As for Hari's claim that I am "mocked by all serious historians," in addition to having been elected to a Fellowship of the Royal Society of Literature, taking a First from Cambridge University in Modern History, having an honorary doctorate from a U.S. university, and winning International PEN's Silver Pen award, I have also won Great Britain's foremost award for nonfiction, the Wolfson Prize. If that's being mocked, please can I have more of it?

Finally, might I say that it is typical of journalists like Hari to make ad hominem attacks, including imputing guilt by the very faintest of association, and misrepresenting arguments, rather than engage on the substantive arguments set out in my book. I am very surprised you published such a piece.

--Andrew Roberts

Johann Hari responds:

Andrew Roberts's letter is extraordinarily helpful, since it demonstrates precisely the defects I was describing in my article. Allow me to deal with them one-by-one:

First: Roberts says he did not realize the Springbok Club--a group he toasted as "the heir to previous imperial achievements" on the anniversary of Rhodesia's Unilateral Declaration of Independence--was a white supremacist organization. Perhaps he should have noticed the flag of apartheid South Africa, which was flown at the meeting he addressed, according to Africa News. Perhaps he should have looked at the organization's founding statements, which call for "the re-establishment of civilized European rule throughout the African continent." Perhaps he should have Googled them and discovered they have been accused by the British High Commission in South Africa of spreading "hate literature." Perhaps he should have looked at the list of previous speakers hosted by the group. The star turn preceding Roberts by a few months was Robert Henderson, a cricket writer notorious for saying that black and Asian people should be banned from England's cricket team--and for harassing Tony Blair's office so severely with his racist obsessions that the police had to be contacted.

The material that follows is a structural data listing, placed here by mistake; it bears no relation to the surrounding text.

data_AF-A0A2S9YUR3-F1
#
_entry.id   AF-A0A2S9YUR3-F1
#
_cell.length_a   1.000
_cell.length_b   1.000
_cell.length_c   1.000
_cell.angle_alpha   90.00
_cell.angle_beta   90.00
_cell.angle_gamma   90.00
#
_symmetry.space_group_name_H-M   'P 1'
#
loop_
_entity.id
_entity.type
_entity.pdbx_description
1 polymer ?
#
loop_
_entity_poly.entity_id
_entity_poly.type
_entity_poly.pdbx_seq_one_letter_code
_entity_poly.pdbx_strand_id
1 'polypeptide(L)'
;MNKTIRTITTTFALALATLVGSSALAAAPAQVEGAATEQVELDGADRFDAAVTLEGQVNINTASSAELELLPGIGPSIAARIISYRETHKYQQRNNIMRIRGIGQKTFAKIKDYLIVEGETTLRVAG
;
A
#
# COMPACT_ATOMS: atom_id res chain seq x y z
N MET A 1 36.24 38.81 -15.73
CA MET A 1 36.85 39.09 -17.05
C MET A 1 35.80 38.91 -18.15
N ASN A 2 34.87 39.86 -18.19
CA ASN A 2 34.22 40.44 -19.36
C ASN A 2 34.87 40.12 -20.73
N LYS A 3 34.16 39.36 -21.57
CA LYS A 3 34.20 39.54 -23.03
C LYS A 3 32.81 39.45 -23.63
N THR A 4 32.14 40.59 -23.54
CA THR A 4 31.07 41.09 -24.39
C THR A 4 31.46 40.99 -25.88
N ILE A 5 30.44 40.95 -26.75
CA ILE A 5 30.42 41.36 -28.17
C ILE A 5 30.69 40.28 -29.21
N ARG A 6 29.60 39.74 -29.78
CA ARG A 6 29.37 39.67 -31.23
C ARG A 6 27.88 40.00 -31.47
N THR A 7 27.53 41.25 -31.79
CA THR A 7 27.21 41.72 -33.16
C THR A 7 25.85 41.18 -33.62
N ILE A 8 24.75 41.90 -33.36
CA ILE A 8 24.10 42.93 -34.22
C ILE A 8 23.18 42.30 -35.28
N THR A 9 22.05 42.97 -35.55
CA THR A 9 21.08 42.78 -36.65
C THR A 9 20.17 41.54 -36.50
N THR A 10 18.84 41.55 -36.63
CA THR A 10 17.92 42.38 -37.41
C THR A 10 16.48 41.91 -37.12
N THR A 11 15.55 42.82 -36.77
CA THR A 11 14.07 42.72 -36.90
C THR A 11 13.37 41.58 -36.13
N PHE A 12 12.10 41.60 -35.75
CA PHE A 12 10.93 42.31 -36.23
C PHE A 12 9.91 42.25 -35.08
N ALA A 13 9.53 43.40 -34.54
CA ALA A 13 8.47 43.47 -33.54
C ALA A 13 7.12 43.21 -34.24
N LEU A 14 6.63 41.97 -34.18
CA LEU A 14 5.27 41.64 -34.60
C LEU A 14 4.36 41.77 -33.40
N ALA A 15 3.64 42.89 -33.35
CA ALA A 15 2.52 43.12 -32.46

Roberts says, "I don't know any better than Hari if there were racists in the audience." But Roberts, after reading my article, does know. The groups' founder and leader, Alan Harvey, is a former member of the neo-fascist National Front, and he claims nonwhite people in apartheid South Africa were "very happy, and not in the slightest oppressed." He need only look at the group's website to see that it exists solely for racist purposes.

The fact that Roberts apparently did not sense any racism at an explicitly, aggressively racist meeting under a white-supremacist flag to mark the anniversary of a white-supremacist declaration--and happily toasted attendees--reinforces my point, rather than rebutting it.